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Confidence on the rise! The Children at Pragat Shikshan Sanstha

This blog  was written by Suneeta Kulkarni [Hon. Director – The Granny Cloud] and was originally published on the old School in the Cloud website in June 2014. ‘KNB – PSS Phaltan joined the Granny Cloud in 2013 after over a year of deliberation and subsequently became one of the School in the Cloud labs during the TED Prize project. It returned to ‘independently funded’ status at the end of the TED Project. Suneeta


1st batch Granny Cloud kids KNB PSS

The 1st batch of children to experience Granny sessions at KNB – PSS 


The Kamlabai Nimbkar Bhavan school of the Pragat Shikshan Sanstha at Phaltan, Maharashtra is one of the TED Project SinC sites. One of the reasons it is an interesting location is because they chose to have the Granny Cloud after a great deal of thought and deliberation. And this was ahead of the TED Project coming into play. A Marathi medium school, it is rather innovative in its approach to learning. In fact it was their involvement with the approach that made us want to have them collaborate with us on this project.

We have had our eyes trained on the potential impact of these sessions on children’s English capabilities for a while now, so we used the ASER reading tool with simple comprehension questions added to screen children’s English capability and get a sense of their starting levels. So we conducted the first assessment exercise when Granny Cloud sessions began with Grades 6 and 7 in September 2013. In March 2014, almost 6 months down the line, we repeated the exercise.

Even when we began, it was quite clear from what the school faculty had shared that the children read and even understood a fair amount of English, although they found it hard to understand ‘foreign’ accents and lacked confidence in sharing their thoughts in English.

When we went back in March for the 2nd round of testing, the teachers shared the striking change they observed in the children. They commented, as had many of the ‘Grannies’, that the children were more expressive, willing to share ideas more easily, taking chances and speaking in this ‘foreign language.

Our own observations indicated similar remarkable changes. During the second assessment session, children greeted us with enthusiastic “hello’s”, initiated conversation, quickly chose a task [almost all went straight for the ‘story’ which was the highest level and responded to questions quickly and fluently, even asking several of their own in the process. My favourite was, “This question has 2 answers. Shall I give you both, or just one?” !! ]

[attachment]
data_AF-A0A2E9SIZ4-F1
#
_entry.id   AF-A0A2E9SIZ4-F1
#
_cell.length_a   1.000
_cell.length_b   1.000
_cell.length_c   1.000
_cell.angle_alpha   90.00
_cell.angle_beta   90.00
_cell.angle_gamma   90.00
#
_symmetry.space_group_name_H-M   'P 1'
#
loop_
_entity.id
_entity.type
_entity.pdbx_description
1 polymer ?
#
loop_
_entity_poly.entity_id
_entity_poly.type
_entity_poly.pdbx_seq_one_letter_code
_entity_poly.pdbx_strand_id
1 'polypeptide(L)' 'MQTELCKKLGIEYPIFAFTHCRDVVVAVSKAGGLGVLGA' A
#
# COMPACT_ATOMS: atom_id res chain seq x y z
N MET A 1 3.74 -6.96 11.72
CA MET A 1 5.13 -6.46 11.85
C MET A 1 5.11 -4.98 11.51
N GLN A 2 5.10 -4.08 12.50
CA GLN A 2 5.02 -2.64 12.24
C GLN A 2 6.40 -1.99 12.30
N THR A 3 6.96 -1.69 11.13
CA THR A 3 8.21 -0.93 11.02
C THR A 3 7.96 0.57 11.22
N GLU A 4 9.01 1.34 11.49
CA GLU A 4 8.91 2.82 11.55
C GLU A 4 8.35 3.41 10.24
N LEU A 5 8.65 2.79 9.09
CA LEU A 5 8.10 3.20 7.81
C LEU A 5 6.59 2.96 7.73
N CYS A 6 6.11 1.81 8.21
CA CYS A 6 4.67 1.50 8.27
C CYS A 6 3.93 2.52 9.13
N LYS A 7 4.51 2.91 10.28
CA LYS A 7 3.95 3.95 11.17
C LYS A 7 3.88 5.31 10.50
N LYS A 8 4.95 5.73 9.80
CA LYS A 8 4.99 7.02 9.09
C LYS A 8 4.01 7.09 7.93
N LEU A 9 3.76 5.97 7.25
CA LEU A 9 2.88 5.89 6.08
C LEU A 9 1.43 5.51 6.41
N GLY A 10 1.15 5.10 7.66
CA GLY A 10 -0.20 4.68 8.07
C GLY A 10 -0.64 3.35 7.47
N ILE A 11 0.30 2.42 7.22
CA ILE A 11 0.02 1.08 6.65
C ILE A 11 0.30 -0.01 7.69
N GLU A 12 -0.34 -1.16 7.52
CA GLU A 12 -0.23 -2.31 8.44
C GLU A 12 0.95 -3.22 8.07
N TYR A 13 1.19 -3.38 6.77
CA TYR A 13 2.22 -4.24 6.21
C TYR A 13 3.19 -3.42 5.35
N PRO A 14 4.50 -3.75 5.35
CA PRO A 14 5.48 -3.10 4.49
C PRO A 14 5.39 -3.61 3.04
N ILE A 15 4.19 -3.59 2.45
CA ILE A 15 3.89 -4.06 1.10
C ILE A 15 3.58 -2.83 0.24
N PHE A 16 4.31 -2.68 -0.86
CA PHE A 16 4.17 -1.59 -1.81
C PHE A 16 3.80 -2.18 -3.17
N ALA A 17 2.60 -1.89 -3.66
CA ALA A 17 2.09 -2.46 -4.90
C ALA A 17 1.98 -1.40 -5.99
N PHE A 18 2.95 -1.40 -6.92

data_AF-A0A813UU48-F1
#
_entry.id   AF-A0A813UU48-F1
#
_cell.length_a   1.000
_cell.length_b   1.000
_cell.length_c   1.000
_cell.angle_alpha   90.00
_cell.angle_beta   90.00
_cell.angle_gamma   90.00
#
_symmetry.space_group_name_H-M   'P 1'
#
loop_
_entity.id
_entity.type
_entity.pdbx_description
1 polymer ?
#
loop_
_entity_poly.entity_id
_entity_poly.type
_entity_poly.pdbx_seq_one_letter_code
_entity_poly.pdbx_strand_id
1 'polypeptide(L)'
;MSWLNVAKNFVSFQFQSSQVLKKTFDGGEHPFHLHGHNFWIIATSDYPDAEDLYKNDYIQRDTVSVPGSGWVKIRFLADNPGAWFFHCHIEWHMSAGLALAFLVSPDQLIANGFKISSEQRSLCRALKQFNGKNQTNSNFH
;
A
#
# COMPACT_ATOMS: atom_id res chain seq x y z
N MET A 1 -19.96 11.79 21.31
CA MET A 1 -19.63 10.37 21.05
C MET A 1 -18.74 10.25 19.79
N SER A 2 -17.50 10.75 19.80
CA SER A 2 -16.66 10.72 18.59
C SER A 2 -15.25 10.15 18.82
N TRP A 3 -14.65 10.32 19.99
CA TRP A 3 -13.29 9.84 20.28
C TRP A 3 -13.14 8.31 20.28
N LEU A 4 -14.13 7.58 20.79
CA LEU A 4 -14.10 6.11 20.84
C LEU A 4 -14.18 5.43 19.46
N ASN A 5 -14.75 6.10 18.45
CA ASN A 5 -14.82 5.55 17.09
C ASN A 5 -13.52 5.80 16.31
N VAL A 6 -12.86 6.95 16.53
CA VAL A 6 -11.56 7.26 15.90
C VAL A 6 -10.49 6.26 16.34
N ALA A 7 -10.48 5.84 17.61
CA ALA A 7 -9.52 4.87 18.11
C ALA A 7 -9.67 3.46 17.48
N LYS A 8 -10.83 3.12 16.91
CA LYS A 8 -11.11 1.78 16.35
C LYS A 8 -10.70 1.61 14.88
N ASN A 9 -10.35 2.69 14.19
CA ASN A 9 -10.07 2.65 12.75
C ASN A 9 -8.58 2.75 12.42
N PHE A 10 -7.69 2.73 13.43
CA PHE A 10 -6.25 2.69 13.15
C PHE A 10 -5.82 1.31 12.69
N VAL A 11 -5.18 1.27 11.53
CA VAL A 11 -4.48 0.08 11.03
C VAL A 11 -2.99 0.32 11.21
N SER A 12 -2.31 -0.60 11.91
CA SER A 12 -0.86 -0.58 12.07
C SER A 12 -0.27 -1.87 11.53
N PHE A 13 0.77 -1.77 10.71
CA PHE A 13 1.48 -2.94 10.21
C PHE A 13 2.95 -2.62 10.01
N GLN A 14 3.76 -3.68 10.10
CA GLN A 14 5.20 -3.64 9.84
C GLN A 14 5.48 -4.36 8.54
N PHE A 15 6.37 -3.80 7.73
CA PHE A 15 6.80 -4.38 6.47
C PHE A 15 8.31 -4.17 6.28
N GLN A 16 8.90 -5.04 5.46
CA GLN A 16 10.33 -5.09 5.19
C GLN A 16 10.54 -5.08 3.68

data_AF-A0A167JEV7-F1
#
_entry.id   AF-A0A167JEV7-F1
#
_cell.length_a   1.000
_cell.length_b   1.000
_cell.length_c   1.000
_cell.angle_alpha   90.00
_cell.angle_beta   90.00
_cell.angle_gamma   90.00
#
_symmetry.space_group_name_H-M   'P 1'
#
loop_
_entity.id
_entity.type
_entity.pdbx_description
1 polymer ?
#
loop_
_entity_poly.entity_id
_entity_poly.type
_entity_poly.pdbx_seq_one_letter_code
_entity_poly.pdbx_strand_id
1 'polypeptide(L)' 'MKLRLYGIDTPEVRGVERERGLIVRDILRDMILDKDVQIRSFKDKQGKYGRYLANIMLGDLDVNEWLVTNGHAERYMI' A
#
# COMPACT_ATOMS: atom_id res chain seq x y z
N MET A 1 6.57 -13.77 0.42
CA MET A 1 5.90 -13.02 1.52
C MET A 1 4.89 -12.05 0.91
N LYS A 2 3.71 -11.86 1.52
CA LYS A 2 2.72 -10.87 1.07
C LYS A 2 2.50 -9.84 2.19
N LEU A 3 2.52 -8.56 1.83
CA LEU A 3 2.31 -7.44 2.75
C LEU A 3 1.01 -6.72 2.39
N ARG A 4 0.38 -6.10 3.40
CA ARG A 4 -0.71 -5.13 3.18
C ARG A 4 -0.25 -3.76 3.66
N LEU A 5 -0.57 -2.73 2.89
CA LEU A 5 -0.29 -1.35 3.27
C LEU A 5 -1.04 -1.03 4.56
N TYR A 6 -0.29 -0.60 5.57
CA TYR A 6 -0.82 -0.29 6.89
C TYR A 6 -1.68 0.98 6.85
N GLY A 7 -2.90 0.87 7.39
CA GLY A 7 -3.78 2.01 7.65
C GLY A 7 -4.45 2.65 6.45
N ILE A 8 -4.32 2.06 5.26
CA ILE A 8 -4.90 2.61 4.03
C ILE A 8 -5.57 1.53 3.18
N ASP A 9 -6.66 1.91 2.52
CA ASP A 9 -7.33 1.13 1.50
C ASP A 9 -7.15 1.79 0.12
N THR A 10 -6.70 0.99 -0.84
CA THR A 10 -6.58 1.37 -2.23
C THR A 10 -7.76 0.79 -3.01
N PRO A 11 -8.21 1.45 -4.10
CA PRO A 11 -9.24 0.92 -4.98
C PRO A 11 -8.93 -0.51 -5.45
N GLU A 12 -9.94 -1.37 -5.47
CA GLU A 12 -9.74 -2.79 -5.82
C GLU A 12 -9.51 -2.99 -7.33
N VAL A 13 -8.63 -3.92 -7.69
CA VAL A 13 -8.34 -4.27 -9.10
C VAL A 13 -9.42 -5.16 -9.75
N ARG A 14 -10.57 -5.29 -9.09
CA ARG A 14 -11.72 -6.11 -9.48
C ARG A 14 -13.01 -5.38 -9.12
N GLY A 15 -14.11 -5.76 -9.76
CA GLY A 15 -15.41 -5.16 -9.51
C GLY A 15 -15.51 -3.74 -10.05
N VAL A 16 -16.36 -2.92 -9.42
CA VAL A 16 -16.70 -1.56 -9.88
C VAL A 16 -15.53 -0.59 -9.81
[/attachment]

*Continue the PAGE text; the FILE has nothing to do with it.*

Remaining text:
Their confidence was most evident in the spontaneous sharing of information about their Granny Cloud sessions, what they liked to do, what was typically done, and what their plans for future sessions were all about. One young man was quick to put us at ease with a big grin, when we had to request a short pause for checking logistics with Dr. Manjiri Nimbkar during the assessment session [“Ok, No problem, I’ll wait”]. These were the same children who 6 months earlier had read accurately but haltingly, often unwilling to look up from the text in front of them.

So it was interesting to look at the hard numerical data as well. Not surprisingly, there were no particular changes in reading fluency. We didn’t really expect any. After all, the reading task was targeted at Grade 2 and these were children in Grades 6 and 7. And they did have English as one subject!

But the marked change in confidence was backed up by subtle quantitative changes. Out of 35 children, 24 children attempted level 4 [The Story] the first time around. This figure climbed to 31 children when the exercise was repeated in March 2014. 8 of the children had moved up a level [6 of them 2 levels] from the task they had attempted earlier [Words – Level 2 to Story – Level 4]

Even though the ASER task assumes that if children understand if they are reading ‘fluently’, it wasn’t an assumptions we were willing to make based on our own experience in these settings. And this was borne out. A comparison of Reading Comprehension scores told a slightly different story.  15 children scored 100% on the comprehension questions during the pretest. This went up to 23 children scoring 100% during the post test. The mean reading comprehension score jumped significantly from 74% to 84% [73.9399 to 84.42857]. 11 children had scored 50% or less the first time around; this dropped to only 6 children scoring 50% or less during the post test on the comprehension questions.

Now that PSS is also part of the main TED SinC project we will have a ‘proper’ SOLE room with facilities that will be available to the entire school.  Exciting days ahead as we track the children’s progress…

At the time this update was shared with the Grannies, Suneeta was Research Director for School in the Cloud. PSS Phaltan was one of the TED School in the Cloud sites, then under construction.